Researchers have identified three new species of lemurs, the small, big-eyed primates native to the island of Madagascar. In a study published today in the open access journal BMC Evolutionary Biology, a team of researchers from Madagascar and Europe identified new species of lemurs based on differences in a specific gene sequence. The new species also live in distinct geographical areas. They had not been identified from morphological differences or chromosome profiles - the methods usually used to define species. These findings have important implications, as a better knowledge of lemur species characteristics will provide the basis for better conservation programmes for these endangered animals.
An international team comprising researchers from Madagascar, Germany, France and Switzerland classified individual lemurs on the basis of either their chromosome profile, called a 'karyotype', or the sequence of the mitochondrial cytochrome b gene. The team analysed the karyotypes of 99 individuals from all currently recognised species of lemur and the cytochrome b gene was sequenced in 68 individuals.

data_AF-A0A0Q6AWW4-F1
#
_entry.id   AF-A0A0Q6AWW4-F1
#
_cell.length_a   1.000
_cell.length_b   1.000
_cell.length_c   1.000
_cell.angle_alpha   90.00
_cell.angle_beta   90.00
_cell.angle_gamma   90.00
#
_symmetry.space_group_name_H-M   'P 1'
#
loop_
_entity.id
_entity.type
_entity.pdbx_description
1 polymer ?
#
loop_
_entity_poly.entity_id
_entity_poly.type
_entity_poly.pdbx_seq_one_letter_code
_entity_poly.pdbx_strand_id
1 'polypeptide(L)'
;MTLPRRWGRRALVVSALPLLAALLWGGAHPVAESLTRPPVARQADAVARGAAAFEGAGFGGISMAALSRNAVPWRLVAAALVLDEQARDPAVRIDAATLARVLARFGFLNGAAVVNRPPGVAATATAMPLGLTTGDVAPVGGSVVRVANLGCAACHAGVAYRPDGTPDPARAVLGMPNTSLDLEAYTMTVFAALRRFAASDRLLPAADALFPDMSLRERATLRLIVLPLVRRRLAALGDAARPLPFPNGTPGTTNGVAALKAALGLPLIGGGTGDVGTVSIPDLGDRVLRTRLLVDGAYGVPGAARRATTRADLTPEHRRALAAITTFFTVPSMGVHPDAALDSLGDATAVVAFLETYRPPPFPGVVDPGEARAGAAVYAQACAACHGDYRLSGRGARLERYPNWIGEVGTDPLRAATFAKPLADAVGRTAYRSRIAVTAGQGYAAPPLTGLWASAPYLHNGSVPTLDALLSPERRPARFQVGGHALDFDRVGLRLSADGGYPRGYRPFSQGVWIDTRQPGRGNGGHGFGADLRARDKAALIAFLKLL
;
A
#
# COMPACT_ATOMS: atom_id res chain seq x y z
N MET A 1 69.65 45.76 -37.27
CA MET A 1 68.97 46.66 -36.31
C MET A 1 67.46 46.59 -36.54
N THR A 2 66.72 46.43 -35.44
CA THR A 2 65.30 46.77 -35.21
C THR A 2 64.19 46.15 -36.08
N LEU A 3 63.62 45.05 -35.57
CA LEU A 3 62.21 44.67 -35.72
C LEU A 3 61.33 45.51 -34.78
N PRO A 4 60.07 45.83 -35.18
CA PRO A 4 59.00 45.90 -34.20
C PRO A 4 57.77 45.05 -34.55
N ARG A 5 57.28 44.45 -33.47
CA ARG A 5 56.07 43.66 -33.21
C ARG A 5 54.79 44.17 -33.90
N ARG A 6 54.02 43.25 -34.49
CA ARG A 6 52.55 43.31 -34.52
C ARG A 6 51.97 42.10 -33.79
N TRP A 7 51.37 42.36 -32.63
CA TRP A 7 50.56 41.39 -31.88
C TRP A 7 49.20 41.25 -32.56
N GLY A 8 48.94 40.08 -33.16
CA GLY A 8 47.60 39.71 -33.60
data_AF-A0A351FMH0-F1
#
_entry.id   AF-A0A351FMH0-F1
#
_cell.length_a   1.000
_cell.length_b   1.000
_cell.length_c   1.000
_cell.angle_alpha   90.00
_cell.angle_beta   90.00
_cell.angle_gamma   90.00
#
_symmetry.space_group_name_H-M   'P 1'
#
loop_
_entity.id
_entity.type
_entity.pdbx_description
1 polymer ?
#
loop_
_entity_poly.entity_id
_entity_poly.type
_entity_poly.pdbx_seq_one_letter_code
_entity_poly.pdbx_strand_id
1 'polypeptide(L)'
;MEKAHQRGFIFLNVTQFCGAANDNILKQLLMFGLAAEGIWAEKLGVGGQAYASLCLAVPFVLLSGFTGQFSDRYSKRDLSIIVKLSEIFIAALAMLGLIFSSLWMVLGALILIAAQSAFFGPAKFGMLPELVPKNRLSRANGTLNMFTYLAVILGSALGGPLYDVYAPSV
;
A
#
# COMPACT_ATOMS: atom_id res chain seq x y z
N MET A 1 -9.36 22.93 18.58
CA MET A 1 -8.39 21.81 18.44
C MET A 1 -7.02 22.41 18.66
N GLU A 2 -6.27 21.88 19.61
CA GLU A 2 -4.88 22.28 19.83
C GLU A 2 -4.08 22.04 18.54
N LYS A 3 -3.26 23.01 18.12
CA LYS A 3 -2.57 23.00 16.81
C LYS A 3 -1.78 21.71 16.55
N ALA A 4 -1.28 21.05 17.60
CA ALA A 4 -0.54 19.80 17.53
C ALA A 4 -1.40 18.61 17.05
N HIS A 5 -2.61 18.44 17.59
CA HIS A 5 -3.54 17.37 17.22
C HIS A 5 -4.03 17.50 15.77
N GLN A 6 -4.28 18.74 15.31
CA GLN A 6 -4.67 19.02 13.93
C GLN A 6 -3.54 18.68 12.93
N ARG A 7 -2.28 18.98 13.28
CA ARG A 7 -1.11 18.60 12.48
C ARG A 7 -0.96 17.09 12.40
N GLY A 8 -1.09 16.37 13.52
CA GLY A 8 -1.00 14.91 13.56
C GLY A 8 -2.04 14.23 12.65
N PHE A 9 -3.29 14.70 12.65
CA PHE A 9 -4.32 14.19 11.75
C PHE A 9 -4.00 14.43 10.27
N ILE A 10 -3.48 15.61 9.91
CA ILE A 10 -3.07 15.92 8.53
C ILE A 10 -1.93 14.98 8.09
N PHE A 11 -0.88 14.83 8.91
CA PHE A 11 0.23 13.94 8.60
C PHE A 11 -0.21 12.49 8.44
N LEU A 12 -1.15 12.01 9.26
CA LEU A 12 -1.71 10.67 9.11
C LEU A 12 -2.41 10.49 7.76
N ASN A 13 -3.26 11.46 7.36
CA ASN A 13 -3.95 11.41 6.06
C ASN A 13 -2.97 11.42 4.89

From the karyotypic profiles, Andriaholinirina et al. could identify individuals belonging to the eight currently recognised species of lemurs. On the basis of genetic differences in cytochrome b gene, however, the researchers identified three distinct species within the former species Lepilemur ruficaudatus and two distinct species within the former L. dorsalis. The newly identified species live in different geographic areas, separated by rivers, but show no obvious morphological differences.
Molecular phylogeny and taxonomic revision of the sportive lemurs (Lepilemur, Primates)
Nicole Andriaholinirina, Jean-Luc Fausser, Christian Roos, Clement Rabarivola, Iary Ravoarimanana, Dietmar Zinner, Urs Thalmann, Jorg U Ganzhorn, Bernhard Meier, Roland Hilgartner, Lutz Walter, Alphonse Zaramody, Christoph Langer, Thomas Hahn, Elke Zimmermann, Ute Radespiel, Mathias Craul, Jurgen Tomiuk, Ian Tattersall and Yves Rumpler
BMC Evolutionary Biology (in press)